The surge of saltwater that pummeled Florida’s Gulf Coast during Hurricane Ian caused at least eight electric vehicles to catch fire, according to state officials.
Florida CFO Jimmy Patronis called the situation “a real-world experiment … with saltwater and EVs.” He said officials received unconfirmed reports of fires happening outside the state as well, highlighting the threat that compromised EVs can pose if they are resold unscrupulously.
The Florida fire marshal’s office and motor vehicle department determined that 9,700 EVs were registered in the three counties hit hardest Sept. 28, when Ian made landfall packing 150- mph winds. More than 7,000 of those EVs were Teslas and about 3,400 of those Teslas were registered within the 50-meter impact zone that experienced the highest storm surge.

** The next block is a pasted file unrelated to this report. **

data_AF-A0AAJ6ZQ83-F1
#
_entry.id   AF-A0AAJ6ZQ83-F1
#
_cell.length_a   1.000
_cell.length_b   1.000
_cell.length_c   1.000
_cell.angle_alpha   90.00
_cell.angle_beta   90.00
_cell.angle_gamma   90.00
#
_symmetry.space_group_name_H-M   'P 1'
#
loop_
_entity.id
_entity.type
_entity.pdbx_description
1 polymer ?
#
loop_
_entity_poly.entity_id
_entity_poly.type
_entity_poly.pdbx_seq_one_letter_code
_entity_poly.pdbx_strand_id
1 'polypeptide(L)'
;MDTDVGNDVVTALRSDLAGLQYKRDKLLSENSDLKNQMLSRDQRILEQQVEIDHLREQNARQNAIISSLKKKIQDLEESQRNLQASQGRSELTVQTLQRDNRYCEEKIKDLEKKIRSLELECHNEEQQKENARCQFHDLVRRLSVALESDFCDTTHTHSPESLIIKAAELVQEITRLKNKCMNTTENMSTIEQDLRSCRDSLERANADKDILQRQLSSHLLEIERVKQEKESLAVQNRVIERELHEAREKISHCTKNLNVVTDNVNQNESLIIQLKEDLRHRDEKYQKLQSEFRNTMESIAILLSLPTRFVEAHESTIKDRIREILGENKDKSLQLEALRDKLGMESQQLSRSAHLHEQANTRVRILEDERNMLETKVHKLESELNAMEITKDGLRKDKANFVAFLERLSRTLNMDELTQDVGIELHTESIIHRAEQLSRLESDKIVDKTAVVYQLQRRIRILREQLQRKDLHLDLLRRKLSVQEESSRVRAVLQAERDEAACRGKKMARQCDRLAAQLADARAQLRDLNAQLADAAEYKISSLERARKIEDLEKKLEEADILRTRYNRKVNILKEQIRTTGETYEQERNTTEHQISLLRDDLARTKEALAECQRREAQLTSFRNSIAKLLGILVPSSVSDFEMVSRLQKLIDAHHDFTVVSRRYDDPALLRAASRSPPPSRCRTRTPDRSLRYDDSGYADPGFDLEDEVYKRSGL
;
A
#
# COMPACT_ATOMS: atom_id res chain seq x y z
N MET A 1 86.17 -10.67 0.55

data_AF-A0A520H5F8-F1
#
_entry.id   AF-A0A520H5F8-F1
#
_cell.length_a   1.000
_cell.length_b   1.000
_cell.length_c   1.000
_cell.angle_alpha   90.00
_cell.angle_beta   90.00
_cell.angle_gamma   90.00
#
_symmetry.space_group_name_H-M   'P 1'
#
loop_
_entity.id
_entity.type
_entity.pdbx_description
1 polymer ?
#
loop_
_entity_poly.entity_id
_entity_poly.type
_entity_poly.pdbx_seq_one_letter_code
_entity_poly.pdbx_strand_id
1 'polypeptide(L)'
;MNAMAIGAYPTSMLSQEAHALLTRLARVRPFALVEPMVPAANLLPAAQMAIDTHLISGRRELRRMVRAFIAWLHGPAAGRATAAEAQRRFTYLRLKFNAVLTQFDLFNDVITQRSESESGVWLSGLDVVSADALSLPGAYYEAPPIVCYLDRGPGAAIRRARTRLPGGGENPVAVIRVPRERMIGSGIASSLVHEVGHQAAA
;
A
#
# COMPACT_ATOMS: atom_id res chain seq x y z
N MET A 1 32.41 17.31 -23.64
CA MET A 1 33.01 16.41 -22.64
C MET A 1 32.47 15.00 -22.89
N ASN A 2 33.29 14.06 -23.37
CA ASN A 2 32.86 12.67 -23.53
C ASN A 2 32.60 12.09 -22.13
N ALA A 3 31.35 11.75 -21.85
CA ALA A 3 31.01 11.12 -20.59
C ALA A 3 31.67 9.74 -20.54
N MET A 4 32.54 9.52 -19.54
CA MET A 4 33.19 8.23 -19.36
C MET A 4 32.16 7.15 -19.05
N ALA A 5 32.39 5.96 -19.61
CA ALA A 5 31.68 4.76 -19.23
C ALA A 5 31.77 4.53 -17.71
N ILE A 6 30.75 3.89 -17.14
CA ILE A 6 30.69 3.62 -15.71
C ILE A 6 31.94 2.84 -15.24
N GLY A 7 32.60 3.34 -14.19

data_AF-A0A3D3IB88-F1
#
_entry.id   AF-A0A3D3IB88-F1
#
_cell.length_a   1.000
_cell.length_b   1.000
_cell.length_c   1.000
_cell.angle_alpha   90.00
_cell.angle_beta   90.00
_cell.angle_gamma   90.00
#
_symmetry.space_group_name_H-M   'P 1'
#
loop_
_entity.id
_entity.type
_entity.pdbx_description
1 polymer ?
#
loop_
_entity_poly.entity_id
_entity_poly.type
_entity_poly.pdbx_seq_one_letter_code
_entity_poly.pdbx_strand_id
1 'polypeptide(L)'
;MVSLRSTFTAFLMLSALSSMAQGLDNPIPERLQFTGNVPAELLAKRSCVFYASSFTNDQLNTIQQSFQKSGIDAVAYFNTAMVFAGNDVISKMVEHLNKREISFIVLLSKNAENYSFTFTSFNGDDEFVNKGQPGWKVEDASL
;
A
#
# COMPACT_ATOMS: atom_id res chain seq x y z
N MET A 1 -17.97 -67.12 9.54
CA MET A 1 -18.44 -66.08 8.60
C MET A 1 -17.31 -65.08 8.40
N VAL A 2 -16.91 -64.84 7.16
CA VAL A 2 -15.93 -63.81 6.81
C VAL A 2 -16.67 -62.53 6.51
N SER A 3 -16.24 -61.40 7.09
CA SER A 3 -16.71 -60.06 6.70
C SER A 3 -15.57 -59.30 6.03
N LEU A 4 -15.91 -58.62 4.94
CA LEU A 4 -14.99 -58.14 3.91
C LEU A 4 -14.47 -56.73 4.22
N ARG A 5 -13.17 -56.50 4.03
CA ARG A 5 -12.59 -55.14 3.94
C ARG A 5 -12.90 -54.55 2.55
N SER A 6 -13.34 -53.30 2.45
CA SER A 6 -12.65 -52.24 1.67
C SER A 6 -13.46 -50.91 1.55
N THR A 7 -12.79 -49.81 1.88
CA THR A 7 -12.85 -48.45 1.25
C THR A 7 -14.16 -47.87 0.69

While eight fires represents a tiny percentage of the EVs in the affected area, Patronis noted they are “uniquely dangerous” events. The fire marshal’s office said EVs should not be driven, turned on or plugged in after being underwater.
“Unlike a combustion engine, the fire will keep reigniting,” Patronis said in a statement last month. “Moreover, it’s especially dangerous if there’s an EV, golf cart, or scooter in a storm ravaged home. The battery system can become compromised, prompting a fire, which is again, something we really don’t experience with combustion engines.”
USA Today said it had confirmed 11 EV fires in Florida after Ian, all due to the batteries being submerged or damaged. No deaths have been linked to the fires, but an EV fire on Sanibel Island destroyed the house it was in and another one next door.
“This is really the first time we had flooding in an area with a lot of electric cars,” Jon Linkov, deputy auto editor for Consumer Reports, told USA Today.